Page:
Wednesday, August 5, 2015

Writing 101: Breaking Up is Hard to Write

Characters in books are made to fall in love, aren’t they? It happens so often, in fact, that there’s an entire book genre that’s just about characters falling in love. It’s nice to fall in love, and it’s nice to write about falling in love. It’s even nice to read about, and that’s why it gets written about. But in the real world, that shining coin has another side: the breakup. This is a very hard thing to write, but you can’t always avoid it. So flex your typing fingers, and get ready to break some hearts.


We’ll Always Have Chapter One

Sometimes break ups happen on the page, too. There are a few different ways to write it, and I’ve rarely seen it done well. But it is a fact that when characters fall in love, a break up can always happen later...even if it’s only a temporary one.


  • Depression: Many authors follow a break up with depression. How long did Bella sit in her room? A sense of loss is a very common reaction to a break up, but it’s depressing to write and depressing to read. Lots of readers get turned off by characters who wallow.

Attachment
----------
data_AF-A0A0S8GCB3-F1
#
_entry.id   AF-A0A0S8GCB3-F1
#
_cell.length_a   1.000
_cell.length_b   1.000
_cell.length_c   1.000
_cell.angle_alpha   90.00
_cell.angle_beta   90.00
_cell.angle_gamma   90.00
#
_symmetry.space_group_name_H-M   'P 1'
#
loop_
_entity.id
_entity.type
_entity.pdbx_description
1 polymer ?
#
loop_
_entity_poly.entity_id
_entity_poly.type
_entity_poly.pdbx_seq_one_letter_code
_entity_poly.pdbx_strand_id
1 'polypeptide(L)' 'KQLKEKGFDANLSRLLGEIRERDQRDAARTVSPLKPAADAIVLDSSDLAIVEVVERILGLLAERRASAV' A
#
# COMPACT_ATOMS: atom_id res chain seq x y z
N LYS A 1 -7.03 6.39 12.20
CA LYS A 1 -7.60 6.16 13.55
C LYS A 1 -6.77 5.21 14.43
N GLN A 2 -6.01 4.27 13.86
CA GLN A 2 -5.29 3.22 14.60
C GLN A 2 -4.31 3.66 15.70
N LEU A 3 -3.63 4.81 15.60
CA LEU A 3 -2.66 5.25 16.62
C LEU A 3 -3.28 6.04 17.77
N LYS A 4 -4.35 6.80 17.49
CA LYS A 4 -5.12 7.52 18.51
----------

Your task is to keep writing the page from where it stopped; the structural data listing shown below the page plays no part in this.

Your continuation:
• Taking action: On the flip side, characters who become very actionable after a break up are very hard to control. Judgment is commonly impaired, and reckless action results. This can be fun to read, but you’re the one who has to clean the mess up later so just keep that in mind. A character coming off a break up might go out drinking or otherwise looking for trouble, even when you wish they would be reasonable instead.
  • Moving on: Some people move on to a new romance after a break up. This is the inevitable conclusion to most stories involving a love triangle. This is also the trickiest to write. You don’t want a character to seem heartless for moving on too quickly, and you don’t want the character who got dumped to become too sympathetic (unless it’s the hero and he’s watching someone else move on). You either have to turn the rejected character into a villain or make sure that they, too, are moving on into a new relationship. If you kill the rejected character, then the main love interest always won a little bit by default in some minds.

Breaking up is hard to write because it involves a lot of complex emotions. Figure out how your character will work through it, and make it feel like a natural transition for them. You can use break ups to make characters stronger, to present them with another challenge and to make them more human. Break ups happen, even to the best of characters. It takes the best of writers to put it on the page in a believable, and eventually rewarding, way.

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